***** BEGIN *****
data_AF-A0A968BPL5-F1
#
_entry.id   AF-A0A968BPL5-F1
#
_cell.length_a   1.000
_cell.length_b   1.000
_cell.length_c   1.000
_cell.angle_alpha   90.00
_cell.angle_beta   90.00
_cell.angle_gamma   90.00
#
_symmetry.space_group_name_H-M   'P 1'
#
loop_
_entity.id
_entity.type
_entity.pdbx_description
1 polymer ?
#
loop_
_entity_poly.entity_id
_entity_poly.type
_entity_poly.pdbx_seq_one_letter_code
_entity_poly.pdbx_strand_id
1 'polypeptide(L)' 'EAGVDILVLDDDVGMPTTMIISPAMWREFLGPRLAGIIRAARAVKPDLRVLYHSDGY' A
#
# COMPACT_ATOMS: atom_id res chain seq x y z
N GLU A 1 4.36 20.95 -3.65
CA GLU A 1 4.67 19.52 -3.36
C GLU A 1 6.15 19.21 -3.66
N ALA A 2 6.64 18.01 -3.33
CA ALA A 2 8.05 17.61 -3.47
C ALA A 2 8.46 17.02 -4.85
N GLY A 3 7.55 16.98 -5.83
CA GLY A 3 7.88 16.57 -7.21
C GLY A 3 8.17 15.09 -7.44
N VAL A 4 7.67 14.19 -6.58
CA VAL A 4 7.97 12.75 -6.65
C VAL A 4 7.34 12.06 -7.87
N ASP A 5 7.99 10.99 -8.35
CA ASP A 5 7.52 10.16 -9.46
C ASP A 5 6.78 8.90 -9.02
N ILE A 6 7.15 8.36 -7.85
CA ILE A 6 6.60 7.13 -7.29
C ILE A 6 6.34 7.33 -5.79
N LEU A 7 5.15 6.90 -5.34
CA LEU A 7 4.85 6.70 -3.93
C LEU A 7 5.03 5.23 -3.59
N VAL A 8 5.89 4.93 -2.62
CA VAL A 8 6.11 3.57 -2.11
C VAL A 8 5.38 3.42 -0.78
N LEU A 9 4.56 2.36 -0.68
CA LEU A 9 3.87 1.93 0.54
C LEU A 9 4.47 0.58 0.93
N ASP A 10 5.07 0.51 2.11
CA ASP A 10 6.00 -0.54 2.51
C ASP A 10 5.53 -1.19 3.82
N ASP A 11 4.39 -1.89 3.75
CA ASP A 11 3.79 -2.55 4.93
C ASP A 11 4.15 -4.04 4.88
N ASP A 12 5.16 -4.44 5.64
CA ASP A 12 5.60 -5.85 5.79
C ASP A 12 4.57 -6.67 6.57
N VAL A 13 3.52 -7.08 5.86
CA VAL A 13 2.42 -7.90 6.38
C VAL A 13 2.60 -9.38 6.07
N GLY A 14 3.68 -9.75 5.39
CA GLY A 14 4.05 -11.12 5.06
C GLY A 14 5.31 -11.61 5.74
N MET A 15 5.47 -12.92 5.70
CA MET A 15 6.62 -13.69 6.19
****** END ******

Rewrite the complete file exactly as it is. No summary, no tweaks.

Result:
data_AF-A0A968BPL5-F1
#
_entry.id   AF-A0A968BPL5-F1
#
_cell.length_a   1.000
_cell.length_b   1.000
_cell.length_c   1.000
_cell.angle_alpha   90.00
_cell.angle_beta   90.00
_cell.angle_gamma   90.00
#
_symmetry.space_group_name_H-M   'P 1'
#
loop_
_entity.id
_entity.type
_entity.pdbx_description
1 polymer ?
#
loop_
_entity_poly.entity_id
_entity_poly.type
_entity_poly.pdbx_seq_one_letter_code
_entity_poly.pdbx_strand_id
1 'polypeptide(L)' 'EAGVDILVLDDDVGMPTTMIISPAMWREFLGPRLAGIIRAARAVKPDLRVLYHSDGY' A
#
# COMPACT_ATOMS: atom_id res chain seq x y z
N GLU A 1 4.36 20.95 -3.65
CA GLU A 1 4.67 19.52 -3.36
C GLU A 1 6.15 19.21 -3.66
N ALA A 2 6.64 18.01 -3.33
CA ALA A 2 8.05 17.61 -3.47
C ALA A 2 8.46 17.02 -4.85
N GLY A 3 7.55 16.98 -5.83
CA GLY A 3 7.88 16.57 -7.21
C GLY A 3 8.17 15.09 -7.44
N VAL A 4 7.67 14.19 -6.58
CA VAL A 4 7.97 12.75 -6.65
C VAL A 4 7.34 12.06 -7.87
N ASP A 5 7.99 10.99 -8.35
CA ASP A 5 7.52 10.16 -9.46
C ASP A 5 6.78 8.90 -9.02
N ILE A 6 7.15 8.36 -7.85
CA ILE A 6 6.60 7.13 -7.29
C ILE A 6 6.34 7.33 -5.79
N LEU A 7 5.15 6.90 -5.34
CA LEU A 7 4.85 6.70 -3.93
C LEU A 7 5.03 5.23 -3.59
N VAL A 8 5.89 4.93 -2.62
CA VAL A 8 6.11 3.57 -2.11
C VAL A 8 5.38 3.42 -0.78
N LEU A 9 4.56 2.36 -0.68
CA LEU A 9 3.87 1.93 0.54
C LEU A 9 4.47 0.58 0.93
N ASP A 10 5.07 0.51 2.11
CA ASP A 10 6.00 -0.54 2.51
C ASP A 10 5.53 -1.19 3.82
N ASP A 11 4.39 -1.89 3.75
CA ASP A 11 3.79 -2.55 4.93
C ASP A 11 4.15 -4.04 4.88
N ASP A 12 5.16 -4.44 5.64
CA ASP A 12 5.60 -5.85 5.79
C ASP A 12 4.57 -6.67 6.57
N VAL A 13 3.52 -7.08 5.86
CA VAL A 13 2.42 -7.90 6.38
C VAL A 13 2.60 -9.38 6.07
N GLY A 14 3.68 -9.75 5.39
CA GLY A 14 4.05 -11.12 5.06
C GLY A 14 5.31 -11.61 5.74
N MET A 15 5.47 -12.92 5.70
CA MET A 15 6.62 -13.69 6.19